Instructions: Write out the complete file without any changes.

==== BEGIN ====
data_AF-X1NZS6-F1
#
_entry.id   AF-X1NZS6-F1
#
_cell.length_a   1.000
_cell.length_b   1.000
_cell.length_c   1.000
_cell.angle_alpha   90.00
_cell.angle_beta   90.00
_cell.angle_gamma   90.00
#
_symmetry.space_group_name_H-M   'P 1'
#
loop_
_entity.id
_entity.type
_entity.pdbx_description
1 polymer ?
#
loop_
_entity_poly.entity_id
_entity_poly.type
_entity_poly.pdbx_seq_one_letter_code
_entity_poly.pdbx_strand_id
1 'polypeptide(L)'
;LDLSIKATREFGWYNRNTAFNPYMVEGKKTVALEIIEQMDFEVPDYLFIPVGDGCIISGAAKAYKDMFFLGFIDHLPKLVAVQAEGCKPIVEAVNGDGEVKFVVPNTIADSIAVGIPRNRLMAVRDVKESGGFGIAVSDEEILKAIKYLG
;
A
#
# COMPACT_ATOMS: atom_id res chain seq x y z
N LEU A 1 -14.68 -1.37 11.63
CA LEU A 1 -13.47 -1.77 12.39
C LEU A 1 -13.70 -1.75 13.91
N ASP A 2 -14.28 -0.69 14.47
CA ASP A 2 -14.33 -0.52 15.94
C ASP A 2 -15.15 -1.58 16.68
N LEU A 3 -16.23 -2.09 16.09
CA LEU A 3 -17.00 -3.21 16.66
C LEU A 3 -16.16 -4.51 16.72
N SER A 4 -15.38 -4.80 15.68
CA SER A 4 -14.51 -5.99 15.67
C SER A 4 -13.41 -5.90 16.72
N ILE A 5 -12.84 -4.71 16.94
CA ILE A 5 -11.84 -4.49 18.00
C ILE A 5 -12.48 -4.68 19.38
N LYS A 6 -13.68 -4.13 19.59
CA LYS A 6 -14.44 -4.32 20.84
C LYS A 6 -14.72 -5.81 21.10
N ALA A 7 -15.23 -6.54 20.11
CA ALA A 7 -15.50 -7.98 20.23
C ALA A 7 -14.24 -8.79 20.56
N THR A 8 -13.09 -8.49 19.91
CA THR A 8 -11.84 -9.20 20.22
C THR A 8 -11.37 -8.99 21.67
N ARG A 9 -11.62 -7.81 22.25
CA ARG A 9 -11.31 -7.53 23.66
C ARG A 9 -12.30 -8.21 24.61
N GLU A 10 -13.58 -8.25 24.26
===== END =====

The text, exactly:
data_AF-X1NZS6-F1
#
_entry.id   AF-X1NZS6-F1
#
_cell.length_a   1.000
_cell.length_b   1.000
_cell.length_c   1.000
_cell.angle_alpha   90.00
_cell.angle_beta   90.00
_cell.angle_gamma   90.00
#
_symmetry.space_group_name_H-M   'P 1'
#
loop_
_entity.id
_entity.type
_entity.pdbx_description
1 polymer ?
#
loop_
_entity_poly.entity_id
_entity_poly.type
_entity_poly.pdbx_seq_one_letter_code
_entity_poly.pdbx_strand_id
1 'polypeptide(L)'
;LDLSIKATREFGWYNRNTAFNPYMVEGKKTVALEIIEQMDFEVPDYLFIPVGDGCIISGAAKAYKDMFFLGFIDHLPKLVAVQAEGCKPIVEAVNGDGEVKFVVPNTIADSIAVGIPRNRLMAVRDVKESGGFGIAVSDEEILKAIKYLG
;
A
#
# COMPACT_ATOMS: atom_id res chain seq x y z
N LEU A 1 -14.68 -1.37 11.63
CA LEU A 1 -13.47 -1.77 12.39
C LEU A 1 -13.70 -1.75 13.91
N ASP A 2 -14.28 -0.69 14.47
CA ASP A 2 -14.33 -0.52 15.94
C ASP A 2 -15.15 -1.58 16.68
N LEU A 3 -16.23 -2.09 16.09
CA LEU A 3 -17.00 -3.21 16.66
C LEU A 3 -16.16 -4.51 16.72
N SER A 4 -15.38 -4.80 15.68
CA SER A 4 -14.51 -5.99 15.67
C SER A 4 -13.41 -5.90 16.72
N ILE A 5 -12.84 -4.71 16.94
CA ILE A 5 -11.84 -4.49 18.00
C ILE A 5 -12.48 -4.68 19.38
N LYS A 6 -13.68 -4.13 19.59
CA LYS A 6 -14.44 -4.32 20.84
C LYS A 6 -14.72 -5.81 21.10
N ALA A 7 -15.23 -6.54 20.11
CA ALA A 7 -15.50 -7.98 20.23
C ALA A 7 -14.24 -8.79 20.56
N THR A 8 -13.09 -8.49 19.91
CA THR A 8 -11.84 -9.20 20.22
C THR A 8 -11.37 -8.99 21.67
N ARG A 9 -11.62 -7.81 22.25
CA ARG A 9 -11.31 -7.53 23.66
C ARG A 9 -12.30 -8.21 24.61
N GLU A 10 -13.58 -8.25 24.26